AFC North: 2012 Week 3 coverage

Rapid Reaction: Ravens 31, Patriots 30

September, 24, 2012
9/24/12
12:01
AM ET

BALTIMORE -- A few thoughts on the Baltimore Ravens' 31-30 victory over the New England Patriots at M&T Bank Stadium:

What it means: Eight months after coming up short late in the AFC Championship Game, the Ravens delivered in the final minutes of the fourth quarter against the Patriots. Down nine points in the fourth quarter, Flacco threw a 5-yard touchdown to Torrey Smith and put Baltimore in field goal range in the final minute. Unlike the AFC Championship Game, when Billy Cundiff missed a last-second 32-yard field goal, rookie kicker Justin Tucker hit a 27-yarder that sliced just inside the right upright to lift Baltimore to the comeback victory.

Emotional night: Smith came up big on what was a painful night. On the same day that his younger brother was killed in a motorcycle accident, Smith caught six passes for 127 yards and two touchdowns. Two big plays by Smith -- a third-down conversion and a 32-yard catch -- set up Ray Rice's touchdown in the third quarter to put Ravens up 21-20. His 5-yard touchdown pulled the Ravens to within a score at 30-28 in the fourth quarter.

Key play by No. 3 receiver: The Ravens lost in the AFC Championship Game because Lee Evans couldn't hold onto the winning touchdown pass. This time, Jacoby Jones, the team's new No. 3 wide receiver, drew a pass interference penalty that put the Ravens on the New England 7-yard line.

Keeping streaks alive: The Ravens extended two significant streaks. They won for the 12th straight time at home, the longest current streak in the NFL. They also won for the 14th time following a loss, which is also the longest streak in the league. Baltimore (2-1) moved into a tie with the Bengals atop the AFC North.

Flacco enjoys big game: Flacco led a winning eight-play, 70-yard drive to cap a big game. He finished 28-of-39 for 382 yards with three touchdowns and one interception.

Flag day for Ravens: It looked like Ravens cornerback Lardarius Webb made the game-changing interception at the Patriots' 40-yard line with 2:23 left in the game. But Webb, who grabbed Wes Welker's jersey with his left hand, was flagged for illegal contact. The Ravens were penalized 14 times for 135 yards. This is the same Ravens team that was critical of the replacement officials last Sunday.

Lack of discipline: The Ravens' defense committed three major penalties. Haloti Ngata's personal foul led to a field goal. Bernard Pollard's personal foul came in a touchdown drive. And Ed Reed's unnecessary roughness penalty was converted into a field goal. Total damage: 13 points. The Ravens capped the night with an unsportsmanlike conduct on their sideline in the Patriots' final drive.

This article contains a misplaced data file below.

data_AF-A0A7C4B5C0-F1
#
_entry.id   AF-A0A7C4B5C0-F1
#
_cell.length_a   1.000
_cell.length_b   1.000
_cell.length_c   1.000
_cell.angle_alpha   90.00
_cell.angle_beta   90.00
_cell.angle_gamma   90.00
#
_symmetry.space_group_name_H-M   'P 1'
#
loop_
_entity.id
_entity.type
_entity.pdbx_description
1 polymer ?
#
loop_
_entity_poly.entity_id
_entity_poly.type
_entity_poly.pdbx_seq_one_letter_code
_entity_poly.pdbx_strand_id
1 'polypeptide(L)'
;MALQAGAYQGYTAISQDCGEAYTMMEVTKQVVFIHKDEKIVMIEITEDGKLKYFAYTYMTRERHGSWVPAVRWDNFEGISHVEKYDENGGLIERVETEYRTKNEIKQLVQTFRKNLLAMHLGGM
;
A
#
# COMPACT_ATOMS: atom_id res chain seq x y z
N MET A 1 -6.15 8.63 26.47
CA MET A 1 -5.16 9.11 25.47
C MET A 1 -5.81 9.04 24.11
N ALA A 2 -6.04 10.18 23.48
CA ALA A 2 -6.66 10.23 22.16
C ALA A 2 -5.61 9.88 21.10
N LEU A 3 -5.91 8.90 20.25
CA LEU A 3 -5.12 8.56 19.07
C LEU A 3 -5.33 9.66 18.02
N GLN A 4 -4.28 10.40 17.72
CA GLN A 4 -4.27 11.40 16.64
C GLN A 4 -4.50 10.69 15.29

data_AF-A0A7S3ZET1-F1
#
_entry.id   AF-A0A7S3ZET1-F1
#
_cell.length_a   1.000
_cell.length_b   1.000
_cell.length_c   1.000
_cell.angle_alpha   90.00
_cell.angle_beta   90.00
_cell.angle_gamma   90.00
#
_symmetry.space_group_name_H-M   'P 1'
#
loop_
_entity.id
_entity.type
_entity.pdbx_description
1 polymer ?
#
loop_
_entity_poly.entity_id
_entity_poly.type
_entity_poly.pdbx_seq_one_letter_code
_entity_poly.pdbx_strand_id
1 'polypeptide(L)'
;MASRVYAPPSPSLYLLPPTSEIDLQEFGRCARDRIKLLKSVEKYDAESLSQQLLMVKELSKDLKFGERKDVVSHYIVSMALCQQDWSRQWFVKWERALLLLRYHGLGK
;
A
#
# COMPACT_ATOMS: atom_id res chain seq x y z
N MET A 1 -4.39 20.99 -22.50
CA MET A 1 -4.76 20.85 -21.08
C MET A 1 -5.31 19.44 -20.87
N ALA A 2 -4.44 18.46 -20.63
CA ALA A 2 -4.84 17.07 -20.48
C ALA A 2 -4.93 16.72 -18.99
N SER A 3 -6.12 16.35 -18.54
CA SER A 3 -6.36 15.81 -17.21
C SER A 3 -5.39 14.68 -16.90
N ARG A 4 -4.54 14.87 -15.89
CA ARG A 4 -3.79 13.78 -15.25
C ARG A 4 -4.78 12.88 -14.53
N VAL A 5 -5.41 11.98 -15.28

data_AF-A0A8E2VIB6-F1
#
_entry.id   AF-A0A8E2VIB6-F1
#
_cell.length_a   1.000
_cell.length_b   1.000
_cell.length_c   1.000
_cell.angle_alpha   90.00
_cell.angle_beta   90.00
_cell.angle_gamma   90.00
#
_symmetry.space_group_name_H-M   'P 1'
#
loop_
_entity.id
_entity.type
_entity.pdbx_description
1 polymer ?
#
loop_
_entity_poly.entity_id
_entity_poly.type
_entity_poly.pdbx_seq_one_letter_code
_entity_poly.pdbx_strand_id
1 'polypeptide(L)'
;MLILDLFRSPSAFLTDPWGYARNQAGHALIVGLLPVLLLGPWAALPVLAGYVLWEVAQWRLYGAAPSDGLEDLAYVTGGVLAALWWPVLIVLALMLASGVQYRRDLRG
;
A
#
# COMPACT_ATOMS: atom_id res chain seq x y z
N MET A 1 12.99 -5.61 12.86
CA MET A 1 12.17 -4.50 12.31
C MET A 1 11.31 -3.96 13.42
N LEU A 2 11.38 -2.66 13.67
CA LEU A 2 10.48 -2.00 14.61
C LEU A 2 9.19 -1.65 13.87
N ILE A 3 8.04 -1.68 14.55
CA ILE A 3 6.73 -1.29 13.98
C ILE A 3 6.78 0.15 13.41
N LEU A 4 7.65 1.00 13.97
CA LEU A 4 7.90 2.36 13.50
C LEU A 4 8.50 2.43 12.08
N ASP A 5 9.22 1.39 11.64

Pass rush disappears: Tom Brady had too much time in the pocket to pick apart the Ravens' secondary, especially on routes along the sideline. The Ravens got a sack on Brady on that first drive, but they got to him only one more time for the rest of the game. Baltimore tried to generate pressure with the blitz. But Baltimore couldn't collapse the pocket with Terrell Suggs, the reigning NFL Defensive Player of the Year, on the sidelines.

What's next: The Ravens play their third nationally televised game in four weeks when they face the Browns on Thursday.

Wrap-up: Raiders 34, Steelers 31

September, 23, 2012
9/23/12
8:22
PM ET

Thoughts on the Pittsburgh Steelers' 34-31 loss at the Oakland Raiders:

What it means: The Steelers' struggles out west continued as they failed to hold a 10-point fourth-quarter lead. Pittsburgh gave up 13 unanswered points. Sebastian Janikowski's 43-yard field goal as time expired lifted the Raiders. The Steelers have now lost four straight to teams in the west: Denver (twice), San Francisco and Oakland. Pittsburgh falls to 1-2 and one game behind the Bengals (2-1).

Luck runs out for Brown: Antonio Brown was fortunate to recover his own fumble in the end zone for a 11-yard touchdown catch that put the Steelers ahead, 31-21, late in the third quarter. One possession later, Brown coughed up the ball again. This time, the Raiders recovered and converted it into a Janikowski 32-yard field goal that tied the game. Brown fumbled on two of his seven catches.

A error-filled series: Jonathan Dwyer carried the ball three times for minus-1 yard. But he hurt the Steelers in another way. He fumbled the ball in the second quarter. To make matters worse, Pittsburgh defensive end Ziggy Hood was called for a neutral zone infraction on fourth-and-2. One play later, Carson Palmer threw a 3-yard touchdown to Darrius Heyward-Bey (who was later hospitalized after a scary hit by safety Ryan Mundy) to tie the game at 14.

Mistakes, mistakes, mistakes: The Steelers have only themselves to blame for this tough loss. They fumbled the ball twice (which were converted into 10 points) and were penalized 10 times for 81 yards.

Ben Roethlisberger carries offense: The Steelers couldn't run the ball against one of the worst run defenses in the NFL. That meant Roethlisberger had to do the heavy lifting. He was 36-of-49 for 384 yards and four touchdowns.